For example, we had a site where we could rotate the building 90 degrees from what they were originally thinking to take advantage of the solar exposure, giving us nice, big, south-facing windows to take advantage of passive solar gains. Sometimes in northern climates you see really well insulated buildings that don't have a lot of windows. We didn't want that to be the case.

We also simplified the geometry. We kept the really critical architectural and cultural elements but simplified some of the articulation to optimize things. We have to be able to do that stuff early on before it gets set in stone, and we try to tell all of our clients that starting early and looking at the project holistically is really going to set it up for success in terms of meeting Passive House standards. 

 PHA: Since joining the workforce, have you noticed efforts within the AEC community to be more conscientious about efficiency and sustainability?

BC: I've been in this industry for over 15 years now, and I've definitely seen a shift. There used to be an emphasis on energy efficiency, but now it's about carbon, right? So many more projects have high-performance sustainability goals attached to them. Honestly, it's almost rare to see a project that doesn't, and there's a lot more that are really targeting true high-performance, whether it's Passive House or net zero or something else. It’s true internally, in terms of companies, too. Just about every company hopefully has some plans to decarbonize their operations.

PHA: Have you noticed more of an effort on the part of companies to be more gender inclusive?

BC: Yes, we've made a lot of progress—and we still have a long way to go. There are so many incredible women in our industry and that is awesome to see. We have lots at RDH and lots of other companies, and we also need more. There's still not enough. There's still lots of biases out there. There are still areas and circles where we face situations that aren't comfortable or aren't inclusive, so we need to be active in trying to continue to take down those barriers and create a more inclusive area. I think every company has a role to play in that.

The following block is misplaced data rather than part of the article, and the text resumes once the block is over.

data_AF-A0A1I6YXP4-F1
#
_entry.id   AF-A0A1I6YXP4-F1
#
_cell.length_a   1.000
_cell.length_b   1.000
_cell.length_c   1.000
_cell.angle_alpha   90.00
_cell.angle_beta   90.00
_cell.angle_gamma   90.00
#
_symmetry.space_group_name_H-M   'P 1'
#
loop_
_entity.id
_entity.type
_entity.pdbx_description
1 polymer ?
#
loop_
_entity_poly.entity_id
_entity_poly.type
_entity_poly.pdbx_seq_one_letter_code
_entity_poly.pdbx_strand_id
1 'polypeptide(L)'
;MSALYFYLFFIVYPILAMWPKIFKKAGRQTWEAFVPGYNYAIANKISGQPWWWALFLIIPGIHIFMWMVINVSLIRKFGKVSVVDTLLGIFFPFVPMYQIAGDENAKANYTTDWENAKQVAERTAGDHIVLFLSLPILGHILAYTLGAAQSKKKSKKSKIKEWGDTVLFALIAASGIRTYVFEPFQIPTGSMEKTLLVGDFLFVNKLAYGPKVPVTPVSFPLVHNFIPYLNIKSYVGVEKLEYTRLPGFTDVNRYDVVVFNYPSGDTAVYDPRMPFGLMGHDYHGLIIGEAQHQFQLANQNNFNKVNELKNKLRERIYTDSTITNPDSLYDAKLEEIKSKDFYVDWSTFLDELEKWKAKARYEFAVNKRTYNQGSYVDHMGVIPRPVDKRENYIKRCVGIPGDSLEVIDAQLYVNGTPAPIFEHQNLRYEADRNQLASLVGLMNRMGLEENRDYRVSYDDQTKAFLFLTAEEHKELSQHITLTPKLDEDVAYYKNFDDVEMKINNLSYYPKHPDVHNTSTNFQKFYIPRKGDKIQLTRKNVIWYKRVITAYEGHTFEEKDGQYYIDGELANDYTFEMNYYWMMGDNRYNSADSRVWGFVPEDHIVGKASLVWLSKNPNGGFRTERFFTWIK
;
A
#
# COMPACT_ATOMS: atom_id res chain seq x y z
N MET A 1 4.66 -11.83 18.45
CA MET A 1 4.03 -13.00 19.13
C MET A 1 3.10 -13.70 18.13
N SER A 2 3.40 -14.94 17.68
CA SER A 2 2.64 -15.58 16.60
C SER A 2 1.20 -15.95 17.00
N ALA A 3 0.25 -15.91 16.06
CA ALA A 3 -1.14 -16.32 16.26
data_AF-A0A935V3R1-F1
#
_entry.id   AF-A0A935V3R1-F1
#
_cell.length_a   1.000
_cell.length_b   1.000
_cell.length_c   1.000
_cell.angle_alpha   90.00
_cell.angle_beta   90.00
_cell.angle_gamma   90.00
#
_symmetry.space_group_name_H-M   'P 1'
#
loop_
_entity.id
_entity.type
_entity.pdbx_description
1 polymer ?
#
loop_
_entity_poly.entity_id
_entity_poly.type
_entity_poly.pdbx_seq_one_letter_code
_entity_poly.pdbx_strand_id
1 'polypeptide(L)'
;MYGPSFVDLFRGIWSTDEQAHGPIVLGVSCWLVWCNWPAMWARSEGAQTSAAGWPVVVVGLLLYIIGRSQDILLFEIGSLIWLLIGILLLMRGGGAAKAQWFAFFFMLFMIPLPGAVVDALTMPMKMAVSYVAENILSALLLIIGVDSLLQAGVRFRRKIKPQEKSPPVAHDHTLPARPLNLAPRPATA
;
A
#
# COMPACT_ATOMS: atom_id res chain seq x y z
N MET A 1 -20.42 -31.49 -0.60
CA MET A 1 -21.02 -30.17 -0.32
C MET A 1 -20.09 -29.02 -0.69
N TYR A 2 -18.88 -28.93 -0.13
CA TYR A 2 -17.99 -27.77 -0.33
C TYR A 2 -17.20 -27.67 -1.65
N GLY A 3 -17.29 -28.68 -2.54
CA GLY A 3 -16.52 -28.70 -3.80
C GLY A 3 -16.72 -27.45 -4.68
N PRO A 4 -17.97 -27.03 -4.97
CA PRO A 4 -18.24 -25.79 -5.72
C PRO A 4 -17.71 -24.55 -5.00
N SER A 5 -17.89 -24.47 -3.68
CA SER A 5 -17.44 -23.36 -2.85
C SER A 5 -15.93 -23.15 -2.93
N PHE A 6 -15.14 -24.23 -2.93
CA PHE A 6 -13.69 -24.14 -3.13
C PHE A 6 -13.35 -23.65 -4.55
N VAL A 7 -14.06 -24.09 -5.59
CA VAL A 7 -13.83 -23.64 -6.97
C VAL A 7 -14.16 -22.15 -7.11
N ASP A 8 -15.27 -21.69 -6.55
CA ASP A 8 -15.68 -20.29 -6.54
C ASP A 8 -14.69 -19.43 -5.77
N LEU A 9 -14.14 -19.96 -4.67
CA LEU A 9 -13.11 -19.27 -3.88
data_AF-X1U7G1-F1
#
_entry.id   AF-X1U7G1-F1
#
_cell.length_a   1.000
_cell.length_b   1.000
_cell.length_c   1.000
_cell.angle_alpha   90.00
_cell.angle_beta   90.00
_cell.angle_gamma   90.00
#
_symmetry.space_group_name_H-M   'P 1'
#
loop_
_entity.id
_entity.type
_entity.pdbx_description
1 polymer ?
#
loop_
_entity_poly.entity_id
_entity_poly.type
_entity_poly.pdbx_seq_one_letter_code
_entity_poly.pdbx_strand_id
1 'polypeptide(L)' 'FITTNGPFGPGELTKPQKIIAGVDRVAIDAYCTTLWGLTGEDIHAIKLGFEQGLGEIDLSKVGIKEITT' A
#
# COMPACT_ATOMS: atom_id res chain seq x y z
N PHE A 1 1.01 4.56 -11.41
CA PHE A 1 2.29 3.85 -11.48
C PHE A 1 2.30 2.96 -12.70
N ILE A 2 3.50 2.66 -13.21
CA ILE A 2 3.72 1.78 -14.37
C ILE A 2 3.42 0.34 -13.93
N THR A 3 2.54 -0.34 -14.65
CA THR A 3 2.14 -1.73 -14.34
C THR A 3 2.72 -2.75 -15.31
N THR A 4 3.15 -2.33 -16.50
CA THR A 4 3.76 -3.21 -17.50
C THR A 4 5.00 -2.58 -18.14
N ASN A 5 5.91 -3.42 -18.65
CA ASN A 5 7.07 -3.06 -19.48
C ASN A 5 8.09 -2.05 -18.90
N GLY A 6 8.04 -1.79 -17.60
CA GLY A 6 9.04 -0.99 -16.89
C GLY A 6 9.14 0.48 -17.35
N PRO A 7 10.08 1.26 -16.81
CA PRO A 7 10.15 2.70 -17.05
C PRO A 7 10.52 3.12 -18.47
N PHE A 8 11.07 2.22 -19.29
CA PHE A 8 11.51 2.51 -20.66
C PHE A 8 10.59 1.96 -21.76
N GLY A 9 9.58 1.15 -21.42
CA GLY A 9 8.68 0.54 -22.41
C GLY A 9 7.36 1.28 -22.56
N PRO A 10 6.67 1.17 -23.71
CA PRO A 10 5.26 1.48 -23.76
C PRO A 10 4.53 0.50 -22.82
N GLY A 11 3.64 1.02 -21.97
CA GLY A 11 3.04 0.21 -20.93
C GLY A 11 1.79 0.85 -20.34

PHA: Speaking of changes, a lot of jurisdictions are implementing stricter building codes, and British Columbia has long been at the forefront of this movement. Has there been any attempt to export BC’s code to other provinces in Canada or states in the US? What advice would you give to any governing bodies in charge of such change and how you could implement them successfully? 

BC: It’s already starting to be exported. To step back, in BC we have the Energy Step Code, which has transitioned us from a code standpoint to performance targets—something that fits with Passive House quite well. Toronto has taken a similar approach with the Toronto Green Standard. I think we'll probably see something similar in our national codes in Canada pretty soon.

Massachusetts is doing something similar, and I actually had this really cool professional experience a few years ago, just before they introduced their Stretch Code. I was in town to do some work with RDH’s Boston office, and they'd set up a few meetings with me with some of the folks there. In preparation, I was reading up on the kind of research they had done to support the new code, and it was very similar to what we had done in BC. When I got to this meeting, I sat down, and I said, “Oh, it's awesome to see what you're doing. It's really similar to what we did in in British Columbia.” And they nonchalantly said, “Oh, yeah. We copied you.”